The dangers of welding fume have been well documented in recent times, following it’s reclassification as ‘Carcinogenic to humans’ by the International Agency for Research on Cancer (IARC). The increased awareness around the health hazards associated with welding fume has seen many Australian and New Zealand welders, and their employers, change their stance on welder’s respiratory protection.
In looking to address the risks and hazards of welding fume exposure, it is best practice to use a hierarchy of controls. The idea is that the highest priority items within the hierarchy not only do the most to reduce fumes and worker exposure, they also put the least burden of responsibility on the welder.
While these controls provide effective ways to minimise respiratory exposure to hazardous particulates and gases, each has certain limitations.
1. Modify or substitute the welding process
Where possible, look to substitute welding processes for other processes which generate less fumes or eliminate the most toxic contaminants. This also extends to reviewing the use of consumable options to see if there are less-toxic alternatives.
Control limitations: substitution may not always be possible e.g. when the end-product requires stainless steel (chromium).
2. Engineering controls
Engineering controls include modifying enclosures around the welder, or the general ventilation of the workshop, or local exhaust controls. Local exhaust ventilation systems can be used to remove fume and gases from the welder’s breathing zone. To remove the maximum amount of fume and gases, any air extraction inlet should be located as close to the plume source as possible. It is also important that any exhaust points are kept away from other workers.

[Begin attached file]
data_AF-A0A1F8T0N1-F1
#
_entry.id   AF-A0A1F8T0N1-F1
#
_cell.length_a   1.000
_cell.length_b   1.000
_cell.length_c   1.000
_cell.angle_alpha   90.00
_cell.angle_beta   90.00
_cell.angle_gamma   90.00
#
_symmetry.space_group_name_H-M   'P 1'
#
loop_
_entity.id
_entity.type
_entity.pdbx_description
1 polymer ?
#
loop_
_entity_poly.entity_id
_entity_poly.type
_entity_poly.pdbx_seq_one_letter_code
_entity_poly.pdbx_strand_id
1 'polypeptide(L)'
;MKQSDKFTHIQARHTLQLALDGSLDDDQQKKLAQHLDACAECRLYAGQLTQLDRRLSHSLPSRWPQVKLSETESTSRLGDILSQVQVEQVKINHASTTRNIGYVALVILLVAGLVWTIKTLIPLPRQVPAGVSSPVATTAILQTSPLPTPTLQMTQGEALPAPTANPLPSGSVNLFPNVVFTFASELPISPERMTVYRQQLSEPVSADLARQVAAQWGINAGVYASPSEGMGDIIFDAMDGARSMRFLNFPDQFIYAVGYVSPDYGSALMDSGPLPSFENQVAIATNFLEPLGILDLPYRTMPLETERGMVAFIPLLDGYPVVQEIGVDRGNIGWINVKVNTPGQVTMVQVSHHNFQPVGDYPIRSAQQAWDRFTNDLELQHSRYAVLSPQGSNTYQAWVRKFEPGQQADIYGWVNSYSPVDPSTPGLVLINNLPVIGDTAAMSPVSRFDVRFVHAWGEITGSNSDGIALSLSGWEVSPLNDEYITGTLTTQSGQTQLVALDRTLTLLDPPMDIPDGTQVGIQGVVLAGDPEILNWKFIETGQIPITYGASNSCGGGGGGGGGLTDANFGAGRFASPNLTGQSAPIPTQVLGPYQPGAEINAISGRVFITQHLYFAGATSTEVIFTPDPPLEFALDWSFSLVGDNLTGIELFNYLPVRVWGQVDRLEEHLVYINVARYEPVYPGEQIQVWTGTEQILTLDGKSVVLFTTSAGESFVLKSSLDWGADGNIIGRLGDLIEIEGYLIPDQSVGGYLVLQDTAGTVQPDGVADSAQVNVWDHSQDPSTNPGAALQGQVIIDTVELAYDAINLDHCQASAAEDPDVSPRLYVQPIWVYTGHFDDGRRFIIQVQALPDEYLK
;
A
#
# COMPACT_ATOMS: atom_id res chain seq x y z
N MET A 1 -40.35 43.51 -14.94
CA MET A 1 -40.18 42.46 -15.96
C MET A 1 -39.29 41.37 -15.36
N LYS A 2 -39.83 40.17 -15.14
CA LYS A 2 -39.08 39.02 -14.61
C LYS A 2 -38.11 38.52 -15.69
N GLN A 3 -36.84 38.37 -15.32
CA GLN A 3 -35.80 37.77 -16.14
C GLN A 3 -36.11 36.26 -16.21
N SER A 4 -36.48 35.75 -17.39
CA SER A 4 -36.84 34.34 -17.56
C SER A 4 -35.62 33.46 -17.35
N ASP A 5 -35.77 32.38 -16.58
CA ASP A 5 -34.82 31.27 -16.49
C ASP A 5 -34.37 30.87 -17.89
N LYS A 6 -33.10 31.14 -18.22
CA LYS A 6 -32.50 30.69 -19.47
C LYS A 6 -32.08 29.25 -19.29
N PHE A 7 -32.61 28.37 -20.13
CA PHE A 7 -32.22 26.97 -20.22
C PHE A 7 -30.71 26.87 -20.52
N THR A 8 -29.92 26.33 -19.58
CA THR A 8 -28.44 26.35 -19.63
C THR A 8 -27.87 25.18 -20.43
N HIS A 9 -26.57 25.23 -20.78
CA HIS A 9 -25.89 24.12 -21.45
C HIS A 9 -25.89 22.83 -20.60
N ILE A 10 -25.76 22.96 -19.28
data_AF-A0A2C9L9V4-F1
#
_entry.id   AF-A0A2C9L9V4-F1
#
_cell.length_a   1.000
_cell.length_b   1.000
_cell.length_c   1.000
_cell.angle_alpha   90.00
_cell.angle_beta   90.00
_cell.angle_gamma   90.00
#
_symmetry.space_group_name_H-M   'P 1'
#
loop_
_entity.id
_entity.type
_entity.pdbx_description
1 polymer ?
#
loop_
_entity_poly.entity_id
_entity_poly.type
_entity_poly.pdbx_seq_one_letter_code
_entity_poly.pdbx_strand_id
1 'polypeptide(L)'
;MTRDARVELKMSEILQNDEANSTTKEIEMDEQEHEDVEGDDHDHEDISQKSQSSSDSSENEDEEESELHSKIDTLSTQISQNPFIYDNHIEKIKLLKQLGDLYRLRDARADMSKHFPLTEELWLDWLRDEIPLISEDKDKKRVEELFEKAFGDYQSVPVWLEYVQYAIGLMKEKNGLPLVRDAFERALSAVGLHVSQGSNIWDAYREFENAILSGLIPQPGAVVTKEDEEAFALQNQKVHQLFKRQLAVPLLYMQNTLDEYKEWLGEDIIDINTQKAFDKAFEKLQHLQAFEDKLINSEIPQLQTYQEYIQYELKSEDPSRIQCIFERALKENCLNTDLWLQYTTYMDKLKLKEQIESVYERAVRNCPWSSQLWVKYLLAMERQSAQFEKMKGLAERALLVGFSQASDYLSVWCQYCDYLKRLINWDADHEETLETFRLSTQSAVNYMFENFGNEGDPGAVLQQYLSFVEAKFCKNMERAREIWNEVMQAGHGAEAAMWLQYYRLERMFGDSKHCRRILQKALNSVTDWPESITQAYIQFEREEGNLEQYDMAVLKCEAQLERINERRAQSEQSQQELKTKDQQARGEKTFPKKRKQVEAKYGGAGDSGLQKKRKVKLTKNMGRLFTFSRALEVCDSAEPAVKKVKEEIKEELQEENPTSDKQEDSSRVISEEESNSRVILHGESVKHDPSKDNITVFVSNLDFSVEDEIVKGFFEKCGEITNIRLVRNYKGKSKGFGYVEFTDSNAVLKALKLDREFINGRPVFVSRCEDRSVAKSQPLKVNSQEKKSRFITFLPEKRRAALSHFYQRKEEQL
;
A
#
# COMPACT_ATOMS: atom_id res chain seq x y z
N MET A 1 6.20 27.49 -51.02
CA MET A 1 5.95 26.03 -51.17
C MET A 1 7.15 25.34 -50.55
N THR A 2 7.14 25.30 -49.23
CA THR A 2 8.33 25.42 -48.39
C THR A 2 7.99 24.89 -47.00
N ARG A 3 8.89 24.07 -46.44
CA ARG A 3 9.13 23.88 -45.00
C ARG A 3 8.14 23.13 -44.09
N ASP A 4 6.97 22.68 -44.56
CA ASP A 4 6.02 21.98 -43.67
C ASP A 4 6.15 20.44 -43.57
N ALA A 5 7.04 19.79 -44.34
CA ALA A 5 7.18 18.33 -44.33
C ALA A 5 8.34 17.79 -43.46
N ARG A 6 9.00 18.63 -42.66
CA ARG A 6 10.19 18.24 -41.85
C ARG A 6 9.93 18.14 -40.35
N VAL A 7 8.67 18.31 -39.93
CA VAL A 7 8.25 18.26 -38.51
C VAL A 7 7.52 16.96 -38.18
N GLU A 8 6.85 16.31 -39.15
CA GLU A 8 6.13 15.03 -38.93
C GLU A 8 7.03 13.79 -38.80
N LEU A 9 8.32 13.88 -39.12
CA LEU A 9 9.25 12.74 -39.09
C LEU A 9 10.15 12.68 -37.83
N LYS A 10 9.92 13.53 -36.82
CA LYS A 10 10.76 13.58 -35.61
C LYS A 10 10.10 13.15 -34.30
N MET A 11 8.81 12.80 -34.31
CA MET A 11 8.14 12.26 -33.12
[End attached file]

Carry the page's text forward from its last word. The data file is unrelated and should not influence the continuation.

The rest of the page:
Control limitations: ventilation can sometimes be difficult to achieve due to conflicting needs of the welder. Examples of these needs may be mobility, heating/cooling or shielding gases.
3. Work practices
Workers should position themselves in respect of the fume source as efficiently as possible to avoid or reduce exposure. For example, when working in an open or outdoor environment, welders can position themselves to be upwind. Or when working indoors, this could mean taking advantage of any natural drafts by positioning themselves to keep fume and gases away from themselves and other workers.
Control limitations: space-restricted work pieces or welding environments may not allow for positional alternatives
4. Personal respiratory equipment
In addition to steps 1 to 3, we always recommend personal respiratory protection to achieve the best protection and comfort. Depending on the environment, appropriate respiratory protection may include the use of a disposable or reusable respirator, powered air or supplied air respirator.
Control limitations: establishing a respiratory protection program including selection and ongoing training on product care & maintenance.
By using the hierarchy of controls outlined above, welders can ensure they reduce exposure to welding fumes. Welders should understand the hazards of the materials they are working with reference to relevant Safety Data Sheets and identification of size and scale of exposures to welding fume. OH&S Regulations require employers to provide information and training for workers on exposure to hazardous materials in the workplace.